Posted on Wednesday, November 21, 2012
The nation's capital is rich with American culture - a city brimming with museums, organizations, lawmakers, advocates and monuments to the United States' perseverance. This semester, Professor of Economics Alan Frishman and Professor of Public Policy and Political Science Craig Rimmerman have worked to guide nineteen students through the vast city, its economics and its public policies as part of the competitive Washington, D.C. program.
Students enrolled in the semester-long study program are required to take three courses and work at an internship. Each professor instructs a class separately, with Frishman instructing "The American Economy and Federal Government Policy," and Rimmerman is teaching "The President, Congress, and Public Policy," and the two work together to lead a seminar on the city of Washington, D.C. itself.
"The great strengths of the Washington, D.C. program are the internships and resources of the city itself. All of the students get the chance to do meaningful internships and thus get work experience and learn how a work environment functions," says Frishman. "There are so many museums and sites to visit in the city that one can never be satiated."
With excursions to Arlington National Cemetery, the Frederick Douglas house in Anacostia, and even locations such as the Walker-Whitman AIDS Clinic and the National Capital Planning Commission, students have been given a dense and expansive view of the Hill, using the capital as a classroom.
"What inspires me most is watching our students thrive and grow as a result of the many challenges associated with the D.C. program," says Rimmerman. "Working a nearly full-time internship coupled with taking three courses is no easy task. I do know that this program will help ready our students for the world beyond Hobart and William Smith Colleges."
Whitney Barnett '14, a studio art major with a minor in public policy, was drawn to the D.C. program by the internships requirement. "I loved the idea of working at an internship for one of my classes; it is a wonderful way to further explore the city and meet more people," says Barnett.
Her internship, as a public education and outreach intern at the Human Rights Campaign, has been the highlight of her experience. "Everyone is passionate about equal, human rights, specifically the LGBT community, and I am so proud to be working with such an organization," explains Barnett. "I'm learning hands on about the laws and people who are trying to help further - or destroy - LGBT rights."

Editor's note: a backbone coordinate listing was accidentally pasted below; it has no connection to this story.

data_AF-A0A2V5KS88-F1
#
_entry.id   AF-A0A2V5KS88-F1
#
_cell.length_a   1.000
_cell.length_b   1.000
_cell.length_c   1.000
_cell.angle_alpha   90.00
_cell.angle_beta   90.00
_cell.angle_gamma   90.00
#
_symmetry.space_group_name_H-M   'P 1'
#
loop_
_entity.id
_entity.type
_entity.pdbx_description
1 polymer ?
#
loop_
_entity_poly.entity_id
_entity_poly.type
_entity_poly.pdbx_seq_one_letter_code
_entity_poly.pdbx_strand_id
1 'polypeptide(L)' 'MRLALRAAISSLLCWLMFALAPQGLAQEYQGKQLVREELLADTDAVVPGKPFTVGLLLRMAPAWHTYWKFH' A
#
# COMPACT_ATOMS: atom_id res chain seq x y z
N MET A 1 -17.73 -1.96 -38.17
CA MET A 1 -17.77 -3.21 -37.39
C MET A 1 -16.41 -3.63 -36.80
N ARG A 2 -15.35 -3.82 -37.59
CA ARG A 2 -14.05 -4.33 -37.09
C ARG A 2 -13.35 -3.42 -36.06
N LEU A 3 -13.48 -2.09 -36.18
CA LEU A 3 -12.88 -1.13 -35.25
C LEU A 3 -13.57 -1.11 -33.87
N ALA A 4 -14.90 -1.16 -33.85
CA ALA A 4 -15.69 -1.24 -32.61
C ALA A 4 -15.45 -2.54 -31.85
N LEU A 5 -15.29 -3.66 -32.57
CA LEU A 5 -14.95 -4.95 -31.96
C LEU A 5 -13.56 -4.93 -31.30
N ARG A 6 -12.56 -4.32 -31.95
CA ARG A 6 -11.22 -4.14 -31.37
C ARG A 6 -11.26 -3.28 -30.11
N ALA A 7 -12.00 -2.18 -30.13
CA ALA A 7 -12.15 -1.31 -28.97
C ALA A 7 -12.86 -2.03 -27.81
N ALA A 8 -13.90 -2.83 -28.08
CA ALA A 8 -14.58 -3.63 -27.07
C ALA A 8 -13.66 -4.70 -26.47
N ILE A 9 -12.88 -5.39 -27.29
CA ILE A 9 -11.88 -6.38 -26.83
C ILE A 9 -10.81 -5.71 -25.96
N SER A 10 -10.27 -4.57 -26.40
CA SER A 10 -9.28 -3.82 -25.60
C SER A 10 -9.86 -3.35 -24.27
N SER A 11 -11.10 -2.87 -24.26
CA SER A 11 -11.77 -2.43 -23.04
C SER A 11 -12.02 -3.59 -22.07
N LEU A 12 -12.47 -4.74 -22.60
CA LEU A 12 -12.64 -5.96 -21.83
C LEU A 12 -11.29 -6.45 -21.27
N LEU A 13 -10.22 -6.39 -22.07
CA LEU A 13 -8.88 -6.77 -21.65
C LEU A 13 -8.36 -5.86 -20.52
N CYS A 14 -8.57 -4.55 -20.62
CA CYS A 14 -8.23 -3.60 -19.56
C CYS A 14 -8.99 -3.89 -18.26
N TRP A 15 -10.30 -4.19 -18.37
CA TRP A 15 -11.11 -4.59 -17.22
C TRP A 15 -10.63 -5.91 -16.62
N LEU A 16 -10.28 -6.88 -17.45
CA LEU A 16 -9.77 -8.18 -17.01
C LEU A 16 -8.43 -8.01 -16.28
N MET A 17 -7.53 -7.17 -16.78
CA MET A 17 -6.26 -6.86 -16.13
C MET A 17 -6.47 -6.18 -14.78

Lauren Borislow '14, a public policy major, was first introduced to the program while taking a class with Rimmerman. "The thought of being in this city during election season was really exciting to me," says Borislow. "With such a heated election, it's really interesting to cover all of the commotion in a classroom setting.
Outside of the classroom, Borislow has pursued public policy issues at her internship at the National Association of Insurance and Financial Advisors, where she has been serving in the government relations department. "I have been able to attend hearings and markups on the hill - and that alone has made the entire experience worth it," explains Borislow. "Reading about what happens in the newspaper and in textbooks is one thing, but actually sitting and watching the congressmen and women discuss issues brings it to life."
Molly Doris-Pierce '15, a public policy and psychology double major, views D.C. as a rare and wonderful learning experience. "I believe it has pushed me to be my best, and has encouraged me to keep sight of why I chose HWS," says Doris-Pierce, who interned with Save the Children in the U.S. Programs division.
One of the strongest aspects of the program, Doris-Pierce believes, is the interesting and enriching group discussion that the seminar inspires. "We have talked about everything ranging from politics to urban planning," says Doris-Pierce. "I have learned a lot about communicating effectively with others who may have differing ideas and values from my own."
Maggie Markham '14, a public policy and environmental studies double major, hopes that the Washington, D.C. program is a first step to entering into the job market following graduation. In a time when internships are more competitive than ever before, Markham sees her internship as a way to build her skill set and gain experience in a career on the Hill.
Through her internship at ecoAmerica, Markham has worked to change how the average American views and values the environment though analyzing market research to create programs. "The internship has helped in my coursework simply by creating connections between policy issues that I didn't realize existed before," says Markham. "I also get to see the inner workings of a nonprofit - and how business relations work in general."
Elizabeth Seidel '13, an international relations major, decided to enroll in the D.C. program after spending time in the capital as part of the annual Day on the Hill, which allows students to meet with alums working in the city and explore a multitude of careers on the Hill.
"The program is not only a perfect match for my academic interests, but it is also an amazing opportunity to gain real life experience," says Seidel, who has been working with the Republican National Committee in the finance department.
In all, the D.C. program is an immense experience. "I find it rewarding to see all of the students mature in a short amount of time and learn how to cope with a large city, work four days a week and take three courses," remarks Frishman. "They form bonding relationships with one another and with their professors which is one of benefits of this program and a small college like Hobart and William Smith."
The group photo above was taken at the Federal Reserve Bank.